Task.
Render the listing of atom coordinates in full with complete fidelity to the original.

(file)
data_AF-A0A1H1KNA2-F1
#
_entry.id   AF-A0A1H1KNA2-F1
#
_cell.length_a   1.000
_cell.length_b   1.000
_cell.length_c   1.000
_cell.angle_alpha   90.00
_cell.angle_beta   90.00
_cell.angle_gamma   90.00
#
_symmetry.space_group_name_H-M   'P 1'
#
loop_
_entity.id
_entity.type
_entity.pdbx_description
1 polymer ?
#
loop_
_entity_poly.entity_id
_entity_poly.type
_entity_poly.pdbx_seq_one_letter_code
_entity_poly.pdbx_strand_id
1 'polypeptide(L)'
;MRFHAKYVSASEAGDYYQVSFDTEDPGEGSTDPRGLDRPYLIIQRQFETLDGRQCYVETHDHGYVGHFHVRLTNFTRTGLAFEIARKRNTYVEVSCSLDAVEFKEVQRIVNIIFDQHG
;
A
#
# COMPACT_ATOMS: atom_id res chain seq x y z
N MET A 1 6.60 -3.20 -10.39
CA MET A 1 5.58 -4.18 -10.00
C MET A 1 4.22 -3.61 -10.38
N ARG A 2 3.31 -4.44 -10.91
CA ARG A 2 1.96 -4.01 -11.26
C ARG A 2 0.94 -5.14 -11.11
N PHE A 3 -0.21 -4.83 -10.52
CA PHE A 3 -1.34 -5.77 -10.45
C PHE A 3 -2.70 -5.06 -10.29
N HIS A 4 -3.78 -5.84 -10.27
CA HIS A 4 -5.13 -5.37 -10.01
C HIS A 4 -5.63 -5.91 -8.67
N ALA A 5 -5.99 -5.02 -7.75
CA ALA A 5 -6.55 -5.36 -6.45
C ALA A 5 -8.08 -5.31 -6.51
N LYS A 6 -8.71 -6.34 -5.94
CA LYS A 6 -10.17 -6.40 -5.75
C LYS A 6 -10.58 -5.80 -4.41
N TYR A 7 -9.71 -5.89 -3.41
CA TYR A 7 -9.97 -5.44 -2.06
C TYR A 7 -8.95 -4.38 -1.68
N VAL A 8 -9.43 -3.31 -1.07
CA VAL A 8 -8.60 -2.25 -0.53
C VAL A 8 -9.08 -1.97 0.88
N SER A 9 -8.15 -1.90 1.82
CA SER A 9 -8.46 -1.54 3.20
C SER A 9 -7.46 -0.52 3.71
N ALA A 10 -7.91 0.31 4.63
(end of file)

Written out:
data_AF-A0A1H1KNA2-F1
#
_entry.id   AF-A0A1H1KNA2-F1
#
_cell.length_a   1.000
_cell.length_b   1.000
_cell.length_c   1.000
_cell.angle_alpha   90.00
_cell.angle_beta   90.00
_cell.angle_gamma   90.00
#
_symmetry.space_group_name_H-M   'P 1'
#
loop_
_entity.id
_entity.type
_entity.pdbx_description
1 polymer ?
#
loop_
_entity_poly.entity_id
_entity_poly.type
_entity_poly.pdbx_seq_one_letter_code
_entity_poly.pdbx_strand_id
1 'polypeptide(L)'
;MRFHAKYVSASEAGDYYQVSFDTEDPGEGSTDPRGLDRPYLIIQRQFETLDGRQCYVETHDHGYVGHFHVRLTNFTRTGLAFEIARKRNTYVEVSCSLDAVEFKEVQRIVNIIFDQHG
;
A
#
# COMPACT_ATOMS: atom_id res chain seq x y z
N MET A 1 6.60 -3.20 -10.39
CA MET A 1 5.58 -4.18 -10.00
C MET A 1 4.22 -3.61 -10.38
N ARG A 2 3.31 -4.44 -10.91
CA ARG A 2 1.96 -4.01 -11.26
C ARG A 2 0.94 -5.14 -11.11
N PHE A 3 -0.21 -4.83 -10.52
CA PHE A 3 -1.34 -5.77 -10.45
C PHE A 3 -2.70 -5.06 -10.29
N HIS A 4 -3.78 -5.84 -10.27
CA HIS A 4 -5.13 -5.37 -10.01
C HIS A 4 -5.63 -5.91 -8.67
N ALA A 5 -5.99 -5.02 -7.75
CA ALA A 5 -6.55 -5.36 -6.45
C ALA A 5 -8.08 -5.31 -6.51
N LYS A 6 -8.71 -6.34 -5.94
CA LYS A 6 -10.17 -6.40 -5.75
C LYS A 6 -10.58 -5.80 -4.41
N TYR A 7 -9.71 -5.89 -3.41
CA TYR A 7 -9.97 -5.44 -2.06
C TYR A 7 -8.95 -4.38 -1.68
N VAL A 8 -9.43 -3.31 -1.07
CA VAL A 8 -8.60 -2.25 -0.53
C VAL A 8 -9.08 -1.97 0.88
N SER A 9 -8.15 -1.90 1.82
CA SER A 9 -8.46 -1.54 3.20
C SER A 9 -7.46 -0.52 3.71
N ALA A 10 -7.91 0.31 4.63